WASHINGTON – California Sen. Kamala Harris has made history after former Vice President Joe Biden selected her to be his running mate in the 2020 election against President Donald Trump.
The selection makes Harris the first African American and South Asian woman to be on a major presidential ticket, and local politicians are weighing in. Her mixed heritage is creating a sense of inclusion for many Americans.
“I have tears in my eyes but joy in my soul. I am so overwhelmed, as I know that women around the nation, women of color, and yes Black women can see their equal status in this nation finally,” Congresswoman Sheila Jackson Lee stated. “Thank you, Vice President Biden. America, a change is coming,”
Fort Bend County Judge KP George, who grew up in India, spoke of Harris’ significance.
“I am really excited about this choice,” George said. “She’ll become the first woman, woman of color and woman of some kind of Indian origin to be the vice president of this nation.”
Harris was one of 11 women being considered to join the race to the White House with Biden. She has established herself as a fierce debater, even being tough with Biden on the debate stage when she, too, was running for president. Her campaign ended in Dec. 2019, citing a lack of financial resources.
The National Association for the Advancement of Colored People (NAACP) said the appointment of Kamala Harris as Joe Biden’s running mate is a “defining moment in U.S. history.”
“This moment is long overdue. For far too long, we have undervalued Black women’s political power and their role in shaping our culture, communities, and country,” Derrick Johnson, the president and CEO of the NAACP, said in a statement Tuesday, adding that “Black women have been at the forefront of moving us toward a more representative and unified society” but their representation within high levels of government never matched “their unwavering participation in our democracy.”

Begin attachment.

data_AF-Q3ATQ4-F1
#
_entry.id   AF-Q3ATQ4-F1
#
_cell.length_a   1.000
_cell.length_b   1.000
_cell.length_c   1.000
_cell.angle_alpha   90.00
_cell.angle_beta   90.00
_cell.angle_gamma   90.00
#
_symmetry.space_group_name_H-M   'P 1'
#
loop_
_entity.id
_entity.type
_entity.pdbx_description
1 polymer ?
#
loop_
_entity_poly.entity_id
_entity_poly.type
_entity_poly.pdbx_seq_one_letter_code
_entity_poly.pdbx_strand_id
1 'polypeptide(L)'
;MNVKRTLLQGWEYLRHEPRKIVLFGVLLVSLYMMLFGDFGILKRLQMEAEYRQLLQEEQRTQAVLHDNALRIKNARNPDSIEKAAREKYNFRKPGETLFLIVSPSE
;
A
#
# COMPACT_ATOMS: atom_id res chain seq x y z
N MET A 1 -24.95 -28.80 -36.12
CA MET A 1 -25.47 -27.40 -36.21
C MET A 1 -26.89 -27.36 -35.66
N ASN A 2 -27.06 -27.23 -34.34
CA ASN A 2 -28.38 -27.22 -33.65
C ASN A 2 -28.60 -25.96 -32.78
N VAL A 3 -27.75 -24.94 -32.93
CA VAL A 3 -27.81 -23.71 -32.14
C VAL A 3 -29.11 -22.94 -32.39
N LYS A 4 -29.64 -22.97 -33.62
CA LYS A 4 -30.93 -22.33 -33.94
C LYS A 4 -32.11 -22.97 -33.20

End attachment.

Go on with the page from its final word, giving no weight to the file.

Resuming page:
Harris, a 55-year-old first-term senator, was born in Oakland, California. She is a graduate of Howard University and University of California, Hastings College of the Law. In 2003, she was elected the 27th District Attorney of San Francisco, serving until 2011.
Harris was narrowly elected Attorney General of California in 2010 and was re-elected in 2014. She faced criticism from reformers for tough-on-crime policies she pursued while she was California’s attorney general. In November 2016, she became California’s third female senator, the second African American woman and the first South Asian American to serve in the United States Senate. As a senator, she has supported healthcare reform, federal descheduling of cannabis, a path to citizenship for undocumented immigrants, the DREAM Act, a ban on assault weapons, and progressive tax reform. She gained a national profile after her pointed questioning of Trump administration officials during Senate hearings, including U.S. Attorneys General Jeff Sessions and William Barr, and Associate Justice nominee Brett Kavanaugh.
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